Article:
A ROSE IS A ROSE
A Rose Is A Rose, provides an interesting study of how a non-objective painting can evolve into the suggestion of a recognizable subject. In this way the work becomes not a non-objective watercolor, but one of a more abstract nature.
A Rose Is A Rose, begins free-hand,Without a priliminary pencil sketch, or value plan, and with no other objective except to served as a class demonstration of one of the ways a shape painter might approach the creation of a non-objective painting. However, about half way through the process I begin to see the suggestion of possible subject matter. When this occurs, I’ve learned it is often wisest to either “destroy” any semblance of subject, or “go with the flow” and see what develops.
In this case, I conclude this might be an excellent learning opportunity, both for myself and the class as well. So, out with the objective of non-objectivity and in with a goal of abstraction.
As I perceive A Rose Is A Rose, the viewer is looking outward through a window of some sort, bordered on each side by drapes of a predominantly green hue. It is a bright, sunny, warm day enjoyed by a bit of red, flora which compliments the green drapery. A few harmonious, green leaves gently float into view adding a feeling of texture to the overall composition.
The flora could be of any garden variety the viewer might imagine, but for me, the flower of choice must be a rose. “When all is said and done, a thing is what it is.” Or, one might say, “A rose is a rose is a rose.” At the risk of opening Pandora’s Box (or jar), I ask the reader, “Can you smell it?”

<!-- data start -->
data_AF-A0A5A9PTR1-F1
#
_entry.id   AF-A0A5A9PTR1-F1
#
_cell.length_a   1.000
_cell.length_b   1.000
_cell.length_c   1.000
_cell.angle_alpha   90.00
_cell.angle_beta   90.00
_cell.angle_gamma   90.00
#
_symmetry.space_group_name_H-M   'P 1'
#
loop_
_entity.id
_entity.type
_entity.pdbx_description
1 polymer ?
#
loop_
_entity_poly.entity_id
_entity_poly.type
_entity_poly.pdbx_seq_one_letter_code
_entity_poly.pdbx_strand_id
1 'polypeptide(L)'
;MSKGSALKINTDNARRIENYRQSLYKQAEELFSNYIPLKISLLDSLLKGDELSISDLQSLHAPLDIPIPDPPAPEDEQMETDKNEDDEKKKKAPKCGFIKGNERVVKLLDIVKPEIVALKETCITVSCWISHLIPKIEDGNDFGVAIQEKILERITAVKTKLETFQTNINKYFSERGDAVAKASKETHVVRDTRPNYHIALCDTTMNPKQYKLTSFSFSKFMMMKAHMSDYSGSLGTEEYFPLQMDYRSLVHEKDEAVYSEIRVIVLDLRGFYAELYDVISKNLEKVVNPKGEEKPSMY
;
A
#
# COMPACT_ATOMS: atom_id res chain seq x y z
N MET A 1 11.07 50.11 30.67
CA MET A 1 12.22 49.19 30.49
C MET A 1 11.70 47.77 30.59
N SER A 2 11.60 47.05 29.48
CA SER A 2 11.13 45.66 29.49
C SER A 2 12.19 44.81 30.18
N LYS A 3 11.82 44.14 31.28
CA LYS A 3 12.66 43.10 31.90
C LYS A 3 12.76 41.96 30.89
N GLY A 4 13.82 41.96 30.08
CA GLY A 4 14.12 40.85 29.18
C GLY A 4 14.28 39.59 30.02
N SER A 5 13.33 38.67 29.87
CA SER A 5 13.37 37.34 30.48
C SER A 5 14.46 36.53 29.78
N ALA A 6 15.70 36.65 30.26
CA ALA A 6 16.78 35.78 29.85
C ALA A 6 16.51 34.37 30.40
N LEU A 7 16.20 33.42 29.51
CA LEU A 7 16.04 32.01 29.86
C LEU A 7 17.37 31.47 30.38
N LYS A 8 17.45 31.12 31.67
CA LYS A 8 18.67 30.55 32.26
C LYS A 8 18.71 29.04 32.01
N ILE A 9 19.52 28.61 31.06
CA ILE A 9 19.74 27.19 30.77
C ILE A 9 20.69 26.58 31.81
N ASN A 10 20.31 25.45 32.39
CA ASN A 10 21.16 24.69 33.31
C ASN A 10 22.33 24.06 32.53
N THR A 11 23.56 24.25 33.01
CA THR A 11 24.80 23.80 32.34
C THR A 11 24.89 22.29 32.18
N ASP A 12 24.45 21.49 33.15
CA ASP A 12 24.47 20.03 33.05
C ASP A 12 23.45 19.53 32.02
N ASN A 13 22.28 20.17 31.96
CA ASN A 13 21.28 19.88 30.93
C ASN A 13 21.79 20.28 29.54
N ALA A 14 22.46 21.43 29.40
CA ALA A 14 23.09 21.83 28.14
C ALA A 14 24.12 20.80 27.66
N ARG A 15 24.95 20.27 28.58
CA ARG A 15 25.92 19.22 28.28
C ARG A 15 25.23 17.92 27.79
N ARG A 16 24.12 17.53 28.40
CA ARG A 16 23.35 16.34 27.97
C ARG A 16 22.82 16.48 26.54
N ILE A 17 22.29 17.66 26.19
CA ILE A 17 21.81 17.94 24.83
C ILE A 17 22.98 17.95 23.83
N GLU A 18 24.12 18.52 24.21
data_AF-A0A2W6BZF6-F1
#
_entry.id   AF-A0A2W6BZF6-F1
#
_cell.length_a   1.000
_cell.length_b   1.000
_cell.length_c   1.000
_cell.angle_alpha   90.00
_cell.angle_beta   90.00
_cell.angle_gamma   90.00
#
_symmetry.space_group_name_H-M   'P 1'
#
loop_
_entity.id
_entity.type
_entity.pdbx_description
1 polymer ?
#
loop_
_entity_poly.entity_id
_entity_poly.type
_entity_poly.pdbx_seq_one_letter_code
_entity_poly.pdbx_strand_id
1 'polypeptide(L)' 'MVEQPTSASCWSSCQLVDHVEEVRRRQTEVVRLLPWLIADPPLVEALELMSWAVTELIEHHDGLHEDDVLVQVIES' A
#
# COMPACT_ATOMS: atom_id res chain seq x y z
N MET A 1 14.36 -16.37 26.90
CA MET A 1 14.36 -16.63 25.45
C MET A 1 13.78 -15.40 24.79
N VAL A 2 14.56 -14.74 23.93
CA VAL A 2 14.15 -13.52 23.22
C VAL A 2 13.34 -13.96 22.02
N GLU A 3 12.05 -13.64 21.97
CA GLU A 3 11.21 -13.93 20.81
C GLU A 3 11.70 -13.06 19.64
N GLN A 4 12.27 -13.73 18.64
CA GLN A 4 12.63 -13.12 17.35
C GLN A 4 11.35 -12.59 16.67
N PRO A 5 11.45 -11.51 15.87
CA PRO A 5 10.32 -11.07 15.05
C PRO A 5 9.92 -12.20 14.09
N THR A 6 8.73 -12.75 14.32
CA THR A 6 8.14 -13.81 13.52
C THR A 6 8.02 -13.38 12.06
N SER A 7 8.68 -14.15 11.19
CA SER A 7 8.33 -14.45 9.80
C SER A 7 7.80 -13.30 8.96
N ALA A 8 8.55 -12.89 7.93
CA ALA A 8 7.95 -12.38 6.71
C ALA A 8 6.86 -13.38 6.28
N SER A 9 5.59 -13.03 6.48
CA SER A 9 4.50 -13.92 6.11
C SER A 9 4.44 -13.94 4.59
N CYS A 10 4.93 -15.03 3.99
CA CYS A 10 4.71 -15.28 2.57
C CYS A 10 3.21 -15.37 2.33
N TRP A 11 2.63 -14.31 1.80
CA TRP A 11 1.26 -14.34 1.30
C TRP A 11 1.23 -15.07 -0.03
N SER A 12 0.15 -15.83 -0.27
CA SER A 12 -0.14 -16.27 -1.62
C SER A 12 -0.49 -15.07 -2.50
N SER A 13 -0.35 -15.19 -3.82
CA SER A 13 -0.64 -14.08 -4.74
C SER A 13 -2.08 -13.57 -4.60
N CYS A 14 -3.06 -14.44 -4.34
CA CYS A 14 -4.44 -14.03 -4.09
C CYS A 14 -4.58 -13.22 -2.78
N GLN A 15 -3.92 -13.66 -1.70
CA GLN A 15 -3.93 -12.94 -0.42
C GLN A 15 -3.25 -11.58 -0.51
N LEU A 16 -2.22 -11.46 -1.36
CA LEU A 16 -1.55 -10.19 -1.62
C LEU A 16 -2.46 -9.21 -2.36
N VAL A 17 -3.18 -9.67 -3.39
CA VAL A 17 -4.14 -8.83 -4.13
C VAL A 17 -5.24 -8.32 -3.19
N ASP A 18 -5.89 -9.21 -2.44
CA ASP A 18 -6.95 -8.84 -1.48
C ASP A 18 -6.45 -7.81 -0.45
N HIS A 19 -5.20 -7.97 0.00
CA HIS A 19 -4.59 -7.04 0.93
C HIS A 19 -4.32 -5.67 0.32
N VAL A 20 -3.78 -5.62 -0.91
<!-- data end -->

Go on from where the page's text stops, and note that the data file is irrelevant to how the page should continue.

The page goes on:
Ah, well…okay, there is always hope.
ABOUT THE TITLE IDEA
The Internet offers a wonderfully powerful tool with which to work. Thanks to today’s amazing technology, a wealth of information is but a few clicks away. Instant informative gratification is at our fingertips.
It’s fun to randomly select a word or phrase aimed at a bit of research. The process can be informative, and an effective method of refreshing one’s memory of previous lessons learned. For example, if we Google (or Yahoo) the phrase, “A rose is a rose” we come up with a variety of explanations and opinions.
I select the explanation provided at the web site, The Phrase Generator, “The meaning most often attributed to this is the notion that when all is said and done, a thing is what it is. This is in similar vein to Shakespeare’s ‘a rose by any other name would smell as sweet’.”
The site further clarifies that the phrase’s author interprets the phrase, “Rose is a rose is a rose” differently. “The line is from Gertrude Stein’s poem Sacred Emily, written in 1913 and published in 1922, in Geography and Plays. The verbatim line is actually, ‘Rose is a rose is a rose is a rose’:
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